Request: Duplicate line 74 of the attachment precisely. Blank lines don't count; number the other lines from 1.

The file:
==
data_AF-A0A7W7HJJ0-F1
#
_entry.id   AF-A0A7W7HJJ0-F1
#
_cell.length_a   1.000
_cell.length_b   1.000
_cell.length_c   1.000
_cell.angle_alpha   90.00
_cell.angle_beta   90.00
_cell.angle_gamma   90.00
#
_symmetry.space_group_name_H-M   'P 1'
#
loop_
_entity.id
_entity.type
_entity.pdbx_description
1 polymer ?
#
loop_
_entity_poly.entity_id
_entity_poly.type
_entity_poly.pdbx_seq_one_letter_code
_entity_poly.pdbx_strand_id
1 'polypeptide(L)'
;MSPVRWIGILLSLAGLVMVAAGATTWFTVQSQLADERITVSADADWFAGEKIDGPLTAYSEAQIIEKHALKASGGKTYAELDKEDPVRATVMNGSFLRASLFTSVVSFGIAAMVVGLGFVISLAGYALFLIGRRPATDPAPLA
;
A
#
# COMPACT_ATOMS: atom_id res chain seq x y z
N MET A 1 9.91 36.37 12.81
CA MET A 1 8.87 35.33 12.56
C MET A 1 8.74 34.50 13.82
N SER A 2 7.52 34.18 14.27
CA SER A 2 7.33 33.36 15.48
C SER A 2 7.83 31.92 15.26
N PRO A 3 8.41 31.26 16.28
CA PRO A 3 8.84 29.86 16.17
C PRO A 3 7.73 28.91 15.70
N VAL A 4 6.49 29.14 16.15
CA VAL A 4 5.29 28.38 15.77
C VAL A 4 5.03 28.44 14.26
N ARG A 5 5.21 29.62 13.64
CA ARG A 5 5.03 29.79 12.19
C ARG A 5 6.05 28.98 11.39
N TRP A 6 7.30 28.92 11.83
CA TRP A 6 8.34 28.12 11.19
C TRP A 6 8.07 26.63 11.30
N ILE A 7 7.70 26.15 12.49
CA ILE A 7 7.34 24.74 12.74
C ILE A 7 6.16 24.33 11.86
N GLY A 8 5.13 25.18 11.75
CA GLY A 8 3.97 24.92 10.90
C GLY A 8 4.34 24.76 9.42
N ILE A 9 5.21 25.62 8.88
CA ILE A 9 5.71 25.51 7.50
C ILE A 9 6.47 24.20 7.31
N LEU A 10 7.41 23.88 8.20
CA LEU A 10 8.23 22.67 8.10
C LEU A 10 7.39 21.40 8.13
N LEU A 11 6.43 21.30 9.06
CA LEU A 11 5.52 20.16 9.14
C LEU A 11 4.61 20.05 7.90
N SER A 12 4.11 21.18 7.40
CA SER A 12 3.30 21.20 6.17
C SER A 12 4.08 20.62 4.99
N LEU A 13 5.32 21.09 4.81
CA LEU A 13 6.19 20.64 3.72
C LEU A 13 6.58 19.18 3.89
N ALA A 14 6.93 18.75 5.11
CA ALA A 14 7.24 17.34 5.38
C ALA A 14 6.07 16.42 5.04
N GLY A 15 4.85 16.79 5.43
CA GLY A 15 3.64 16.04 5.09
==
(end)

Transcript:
CA GLY A 15 3.64 16.04 5.09